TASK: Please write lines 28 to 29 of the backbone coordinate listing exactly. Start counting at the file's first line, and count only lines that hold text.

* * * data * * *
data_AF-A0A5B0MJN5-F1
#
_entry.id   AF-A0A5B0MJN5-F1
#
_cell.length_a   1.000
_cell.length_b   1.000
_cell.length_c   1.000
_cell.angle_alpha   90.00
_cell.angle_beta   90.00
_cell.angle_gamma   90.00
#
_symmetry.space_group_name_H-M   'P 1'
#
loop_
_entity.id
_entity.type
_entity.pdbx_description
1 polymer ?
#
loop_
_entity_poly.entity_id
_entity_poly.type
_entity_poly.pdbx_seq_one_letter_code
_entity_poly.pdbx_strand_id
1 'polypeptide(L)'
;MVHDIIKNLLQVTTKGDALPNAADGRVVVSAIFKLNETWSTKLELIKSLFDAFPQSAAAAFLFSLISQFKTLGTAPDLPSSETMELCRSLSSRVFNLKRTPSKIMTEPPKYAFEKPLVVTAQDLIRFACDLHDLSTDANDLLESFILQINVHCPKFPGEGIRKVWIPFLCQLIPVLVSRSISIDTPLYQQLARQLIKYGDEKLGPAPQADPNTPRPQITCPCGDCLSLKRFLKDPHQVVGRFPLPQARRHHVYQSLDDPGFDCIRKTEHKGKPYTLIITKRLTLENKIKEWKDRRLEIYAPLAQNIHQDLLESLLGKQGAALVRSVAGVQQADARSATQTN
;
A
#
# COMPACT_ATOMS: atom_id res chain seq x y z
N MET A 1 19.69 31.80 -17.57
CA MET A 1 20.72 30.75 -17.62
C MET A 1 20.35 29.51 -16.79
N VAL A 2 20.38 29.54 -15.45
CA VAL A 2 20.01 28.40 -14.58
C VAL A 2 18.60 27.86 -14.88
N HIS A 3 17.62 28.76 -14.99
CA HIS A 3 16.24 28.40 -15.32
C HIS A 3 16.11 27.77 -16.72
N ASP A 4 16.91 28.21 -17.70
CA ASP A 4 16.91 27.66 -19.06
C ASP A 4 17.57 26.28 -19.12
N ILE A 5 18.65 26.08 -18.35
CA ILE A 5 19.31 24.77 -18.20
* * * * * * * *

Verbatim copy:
A
#